“Russian dollar selloff also put a spotlight on the suddenly growing concern over inflation in the US,” Shostak said. “With so much stimulus money being pumped into the economy at a historical record level - almost $6trn since the beginning of the pandemics, many bankers are rightfully questioning the dollar's continuing dominance. Investors are worried that the money-printing machine will trigger inflation in the very near future.”
As a result, Shostak went on to say, many investors have drastically increased allocations in gold and other assets, including cryptocurrencies.
“While the dollar is now used in 88% of all currency trades and it still accounts for about 62% of global foreign exchange reserves, this is down from a peak of more than 85% in the 1970s,” he pointed out.
“While I don't believe that Bitcoin per se will be recognized by major central banks and sovereign funds as a true reserve asset, in private transactions it will be seen as a major alternative to gold and commodities.”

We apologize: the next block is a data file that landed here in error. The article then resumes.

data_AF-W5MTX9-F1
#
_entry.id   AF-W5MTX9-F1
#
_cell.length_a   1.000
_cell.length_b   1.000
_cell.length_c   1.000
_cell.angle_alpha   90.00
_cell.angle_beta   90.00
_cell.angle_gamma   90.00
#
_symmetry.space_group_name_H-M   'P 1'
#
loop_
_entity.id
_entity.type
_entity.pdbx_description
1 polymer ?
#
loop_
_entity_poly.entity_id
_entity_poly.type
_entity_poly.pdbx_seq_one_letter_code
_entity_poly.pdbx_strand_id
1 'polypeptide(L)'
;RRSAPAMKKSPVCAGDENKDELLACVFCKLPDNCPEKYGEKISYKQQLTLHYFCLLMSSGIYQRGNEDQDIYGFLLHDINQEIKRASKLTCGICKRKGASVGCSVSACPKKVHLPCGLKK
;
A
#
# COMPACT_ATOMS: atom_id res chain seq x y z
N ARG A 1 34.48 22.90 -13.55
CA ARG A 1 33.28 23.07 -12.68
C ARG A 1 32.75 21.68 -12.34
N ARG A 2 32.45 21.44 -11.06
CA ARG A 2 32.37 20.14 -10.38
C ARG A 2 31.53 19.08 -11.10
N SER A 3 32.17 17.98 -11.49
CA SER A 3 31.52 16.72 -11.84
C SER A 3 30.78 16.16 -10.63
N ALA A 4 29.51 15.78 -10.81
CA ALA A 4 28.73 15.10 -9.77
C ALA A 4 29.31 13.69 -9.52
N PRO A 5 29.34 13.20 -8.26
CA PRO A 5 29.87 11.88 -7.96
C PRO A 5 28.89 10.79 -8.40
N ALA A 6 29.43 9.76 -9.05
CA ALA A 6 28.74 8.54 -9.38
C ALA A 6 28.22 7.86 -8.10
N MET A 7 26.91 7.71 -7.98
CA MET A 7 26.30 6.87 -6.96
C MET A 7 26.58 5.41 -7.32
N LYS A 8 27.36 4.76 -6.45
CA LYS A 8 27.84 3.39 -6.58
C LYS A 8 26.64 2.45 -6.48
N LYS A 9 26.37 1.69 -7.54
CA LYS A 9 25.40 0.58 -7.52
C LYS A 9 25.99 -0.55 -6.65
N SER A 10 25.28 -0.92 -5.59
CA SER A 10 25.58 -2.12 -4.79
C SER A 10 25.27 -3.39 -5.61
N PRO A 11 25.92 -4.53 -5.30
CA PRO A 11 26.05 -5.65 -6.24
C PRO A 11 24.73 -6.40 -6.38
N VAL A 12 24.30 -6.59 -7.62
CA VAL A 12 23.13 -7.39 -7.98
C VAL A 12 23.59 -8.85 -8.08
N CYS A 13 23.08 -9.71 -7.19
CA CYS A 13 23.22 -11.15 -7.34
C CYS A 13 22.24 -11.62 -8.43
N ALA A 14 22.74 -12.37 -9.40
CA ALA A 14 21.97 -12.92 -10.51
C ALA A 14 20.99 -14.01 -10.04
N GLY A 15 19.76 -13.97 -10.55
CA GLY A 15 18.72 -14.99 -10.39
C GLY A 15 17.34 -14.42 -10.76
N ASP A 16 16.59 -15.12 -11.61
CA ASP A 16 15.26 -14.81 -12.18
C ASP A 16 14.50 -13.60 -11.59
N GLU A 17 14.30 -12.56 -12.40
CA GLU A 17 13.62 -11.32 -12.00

On Thursday, Russian Finance Minister Anton Siluanov said that the ministry will introduce changes to the structure of the National Wealth Fund within a month, mentioning that the share of the US currency will decrease to zero. The share of the British pound sterling will drop to 5 percent, the share of Japan's yen will remain unchanged at 5 percent, the share of euro will grow to 40 percent and the share of yuan will grow to 30 percent, according to the minister.